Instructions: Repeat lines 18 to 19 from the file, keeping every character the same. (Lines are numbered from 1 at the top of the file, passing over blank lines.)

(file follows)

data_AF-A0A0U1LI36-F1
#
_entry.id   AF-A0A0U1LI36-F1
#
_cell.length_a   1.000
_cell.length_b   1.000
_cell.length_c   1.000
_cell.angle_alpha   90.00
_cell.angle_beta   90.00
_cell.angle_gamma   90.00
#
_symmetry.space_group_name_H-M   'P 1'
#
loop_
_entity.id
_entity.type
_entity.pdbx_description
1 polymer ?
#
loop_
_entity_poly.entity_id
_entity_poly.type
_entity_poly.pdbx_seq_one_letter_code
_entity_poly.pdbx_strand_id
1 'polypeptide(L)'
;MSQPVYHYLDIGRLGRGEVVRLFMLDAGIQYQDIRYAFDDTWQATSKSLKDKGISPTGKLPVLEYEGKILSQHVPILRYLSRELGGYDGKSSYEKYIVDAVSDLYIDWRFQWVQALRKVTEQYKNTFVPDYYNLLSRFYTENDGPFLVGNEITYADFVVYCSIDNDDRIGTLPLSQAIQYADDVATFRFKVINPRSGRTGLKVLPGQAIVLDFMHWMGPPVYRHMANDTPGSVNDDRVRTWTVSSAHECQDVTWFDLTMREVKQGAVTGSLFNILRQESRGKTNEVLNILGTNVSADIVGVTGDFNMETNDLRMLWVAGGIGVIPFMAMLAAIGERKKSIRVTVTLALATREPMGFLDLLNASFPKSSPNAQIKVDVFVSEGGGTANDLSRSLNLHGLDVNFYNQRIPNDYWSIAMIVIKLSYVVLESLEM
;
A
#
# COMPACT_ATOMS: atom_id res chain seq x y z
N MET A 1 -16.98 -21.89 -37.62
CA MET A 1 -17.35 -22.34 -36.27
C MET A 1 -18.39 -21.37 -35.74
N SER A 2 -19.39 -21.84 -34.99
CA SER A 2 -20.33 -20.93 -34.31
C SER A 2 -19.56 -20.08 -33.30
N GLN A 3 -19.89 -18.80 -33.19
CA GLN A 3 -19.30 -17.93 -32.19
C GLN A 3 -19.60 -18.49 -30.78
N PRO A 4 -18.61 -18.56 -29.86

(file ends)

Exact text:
1 polymer ?
#